Defendants further argue that the accused player devices cannot infringe as sold or imported because in order for the devices to be capable of performing the accused functionality, a controller app must be downloaded and installed on the end user's cell phone. (D.I. 298 at 17). Defendants contend that this necessarily means that neither the accused device nor the app "alone is 'capable' of performing the claimed functionality without modification." (Id. at 18). Again, I disagree. As I already noted, the devices ship with firmware pre-installed, such that the device is capable of meeting all limitations of the asserted claims without modification. The same is true of the app that Plaintiff accuses of infringing the asserted claims of the controller patent.[1] Therefore, it seems clear that, at a minimum, there are disputed issues of material fact on the issue of direct infringement. Defendants' motion is denied.

         Defendants also move for summary judgment of no indirect infringement, arguing that Plaintiff has not identified any instances of direct infringement by third parties. (D.I. 301 at 11). Defendants suggest that the accused devices are capable of substantial non-infringing uses. (Id.). As an initial matter, I reject Defendants' argument to the extent that it relies on its contention that the accused products cannot directly infringe as sold. Furthermore, Plaintiff points to substantial evidence in the record that third parties actually use the claimed functionality. (D.I. 351 at 13).

         Defendants further argue that, at least as to the seven patents added in Plaintiffs Third Amended Complaint, Plaintiff has not presented evidence of affirmative acts taken by Defendants to encourage infringement of the patents. (D.I. 301 at 12). Defendants argue that Plaintiffs evidence of induced infringement pre-dates the filing date of this suit and, therefore, cannot serve as evidence of induced infringement of patents issued after the suit was filed. (Id. at 13). Again, having rejected Defendants' "configured to" argument, I reject Defendants' argument here to the extent that it depends on the devices actually being set up, connected to a data network, or otherwise "configured" by an end user. Furthermore, Plaintiff has cited to sufficient evidence in the record post-dating Defendants' knowledge of the patents to at least raise a genuine issue of material fact as to whether Defendants encourage third parties to use the accused products in such a way as to use the functionality claimed in the asserted patents. (D.I. 351 at 19-20).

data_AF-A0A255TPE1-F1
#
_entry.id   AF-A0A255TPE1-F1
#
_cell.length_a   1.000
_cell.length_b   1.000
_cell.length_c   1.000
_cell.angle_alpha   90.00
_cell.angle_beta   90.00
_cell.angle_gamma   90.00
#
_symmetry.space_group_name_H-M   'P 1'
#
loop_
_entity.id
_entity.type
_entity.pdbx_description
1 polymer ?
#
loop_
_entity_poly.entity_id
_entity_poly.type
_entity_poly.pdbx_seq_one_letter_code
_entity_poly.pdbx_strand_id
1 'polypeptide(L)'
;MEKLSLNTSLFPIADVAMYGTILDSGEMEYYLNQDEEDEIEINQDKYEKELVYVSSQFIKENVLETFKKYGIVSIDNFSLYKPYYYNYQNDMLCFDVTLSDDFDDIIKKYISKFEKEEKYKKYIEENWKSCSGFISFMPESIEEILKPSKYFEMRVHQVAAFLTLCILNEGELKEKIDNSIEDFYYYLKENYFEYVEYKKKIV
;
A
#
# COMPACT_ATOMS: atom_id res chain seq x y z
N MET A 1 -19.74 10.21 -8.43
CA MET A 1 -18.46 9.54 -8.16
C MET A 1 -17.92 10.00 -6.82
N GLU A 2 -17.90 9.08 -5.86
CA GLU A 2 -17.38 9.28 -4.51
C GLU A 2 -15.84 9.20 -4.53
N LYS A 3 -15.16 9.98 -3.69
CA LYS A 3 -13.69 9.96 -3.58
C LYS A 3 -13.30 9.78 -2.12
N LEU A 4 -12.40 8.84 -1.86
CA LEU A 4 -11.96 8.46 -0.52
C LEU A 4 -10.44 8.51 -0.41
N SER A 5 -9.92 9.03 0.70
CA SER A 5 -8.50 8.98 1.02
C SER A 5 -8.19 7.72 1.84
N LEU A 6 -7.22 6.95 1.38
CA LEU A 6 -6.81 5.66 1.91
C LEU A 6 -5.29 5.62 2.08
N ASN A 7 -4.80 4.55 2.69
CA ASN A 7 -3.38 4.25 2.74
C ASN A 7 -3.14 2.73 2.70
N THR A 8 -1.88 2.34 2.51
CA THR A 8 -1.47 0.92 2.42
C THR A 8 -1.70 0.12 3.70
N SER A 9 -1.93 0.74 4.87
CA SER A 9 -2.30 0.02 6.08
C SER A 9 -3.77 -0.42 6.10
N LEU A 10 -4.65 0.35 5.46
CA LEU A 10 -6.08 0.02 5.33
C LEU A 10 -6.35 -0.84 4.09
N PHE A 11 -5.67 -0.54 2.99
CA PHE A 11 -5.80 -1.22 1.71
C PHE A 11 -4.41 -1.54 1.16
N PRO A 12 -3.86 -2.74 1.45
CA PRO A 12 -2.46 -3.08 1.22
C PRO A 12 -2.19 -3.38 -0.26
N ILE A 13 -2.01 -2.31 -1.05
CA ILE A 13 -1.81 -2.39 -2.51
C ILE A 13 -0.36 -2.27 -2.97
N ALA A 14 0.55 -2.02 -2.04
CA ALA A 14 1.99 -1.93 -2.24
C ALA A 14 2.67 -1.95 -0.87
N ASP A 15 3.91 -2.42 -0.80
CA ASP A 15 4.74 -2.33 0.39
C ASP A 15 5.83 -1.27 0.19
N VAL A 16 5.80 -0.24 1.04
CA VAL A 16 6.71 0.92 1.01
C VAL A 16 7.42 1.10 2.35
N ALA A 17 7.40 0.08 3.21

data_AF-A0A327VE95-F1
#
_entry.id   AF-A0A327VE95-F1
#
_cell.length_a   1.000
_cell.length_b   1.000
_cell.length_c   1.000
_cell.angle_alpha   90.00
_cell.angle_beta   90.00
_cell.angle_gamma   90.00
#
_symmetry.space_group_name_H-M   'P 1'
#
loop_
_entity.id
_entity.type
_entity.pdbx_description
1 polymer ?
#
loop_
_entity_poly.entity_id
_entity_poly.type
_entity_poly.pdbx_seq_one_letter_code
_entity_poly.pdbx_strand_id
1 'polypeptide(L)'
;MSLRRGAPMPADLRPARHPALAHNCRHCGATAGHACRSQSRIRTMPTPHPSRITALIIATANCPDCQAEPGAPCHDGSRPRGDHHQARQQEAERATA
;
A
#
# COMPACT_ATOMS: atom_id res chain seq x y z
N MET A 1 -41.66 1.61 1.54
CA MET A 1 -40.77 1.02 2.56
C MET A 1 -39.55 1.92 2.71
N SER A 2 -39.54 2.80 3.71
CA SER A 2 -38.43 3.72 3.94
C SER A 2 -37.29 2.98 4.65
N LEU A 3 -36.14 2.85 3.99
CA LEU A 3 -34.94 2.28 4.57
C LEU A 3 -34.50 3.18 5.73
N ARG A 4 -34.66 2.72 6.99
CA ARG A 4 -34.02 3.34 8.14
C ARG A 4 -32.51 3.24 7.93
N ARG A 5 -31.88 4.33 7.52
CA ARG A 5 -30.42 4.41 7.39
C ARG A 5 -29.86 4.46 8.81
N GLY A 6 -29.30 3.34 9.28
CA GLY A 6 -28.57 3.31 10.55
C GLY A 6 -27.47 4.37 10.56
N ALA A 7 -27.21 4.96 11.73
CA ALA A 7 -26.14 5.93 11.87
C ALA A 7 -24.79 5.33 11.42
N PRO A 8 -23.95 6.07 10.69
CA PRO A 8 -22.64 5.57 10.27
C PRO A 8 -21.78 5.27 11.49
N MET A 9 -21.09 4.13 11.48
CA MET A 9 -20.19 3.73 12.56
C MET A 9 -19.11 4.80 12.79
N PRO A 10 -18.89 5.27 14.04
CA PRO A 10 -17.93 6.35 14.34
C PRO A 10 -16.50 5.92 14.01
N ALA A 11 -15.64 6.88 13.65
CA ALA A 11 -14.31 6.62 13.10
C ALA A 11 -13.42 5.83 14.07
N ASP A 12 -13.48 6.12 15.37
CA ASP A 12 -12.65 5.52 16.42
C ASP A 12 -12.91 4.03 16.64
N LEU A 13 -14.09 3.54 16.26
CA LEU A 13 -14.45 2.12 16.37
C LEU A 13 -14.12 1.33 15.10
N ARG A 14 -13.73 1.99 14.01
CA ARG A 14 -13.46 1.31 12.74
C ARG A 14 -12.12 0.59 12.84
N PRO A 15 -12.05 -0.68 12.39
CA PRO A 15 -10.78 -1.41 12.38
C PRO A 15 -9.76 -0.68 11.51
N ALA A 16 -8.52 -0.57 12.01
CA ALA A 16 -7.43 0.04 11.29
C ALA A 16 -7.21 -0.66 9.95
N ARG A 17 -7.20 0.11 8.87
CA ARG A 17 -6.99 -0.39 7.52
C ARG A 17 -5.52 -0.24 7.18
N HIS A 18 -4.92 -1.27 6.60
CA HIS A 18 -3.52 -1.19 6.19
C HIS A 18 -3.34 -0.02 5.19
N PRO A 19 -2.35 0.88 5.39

Finally, Defendants argue that Plaintiff cannot establish contributory infringement because Plaintiff has failed to prove that the devices have no substantial non-infringing uses. (D.I. 301 at 16). Plaintiff replies that it need only show that the accused component, not the entire device, is not capable of substantial non-infringing uses. (D.I. 351 at 22). Plaintiff further argues that because the apparatus and computer readable medium claims "cover functional capability rather than requiring actual performance of the recited function to infringe, " the existence of non-infringing uses is irrelevant. (Id. at 23). I again reject Defendants' arguments to the extent that they rely on the "configured" theory, which I have already rejected. I also think that Plaintiff has at least raised a genuine issue of material fact as to whether the accused components of Defendants' products have substantial non-infringing uses. Defendants' motion is denied.

         For the reasons given above, I deny Defendants' Motion for Summary Judgment of No Direct Infringement and Defendants' Motion for Summary Judgment of No Indirect Infringement.

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Notes:

[1] As Plaintiff notes in its opposition brief, it has not made any direct infringement allegations based on sale or importation as to the controller patents. (D.I. 350 at 22). Rather, Plaintiffs theory of infringement for these asserted claims is that a download and installation of ...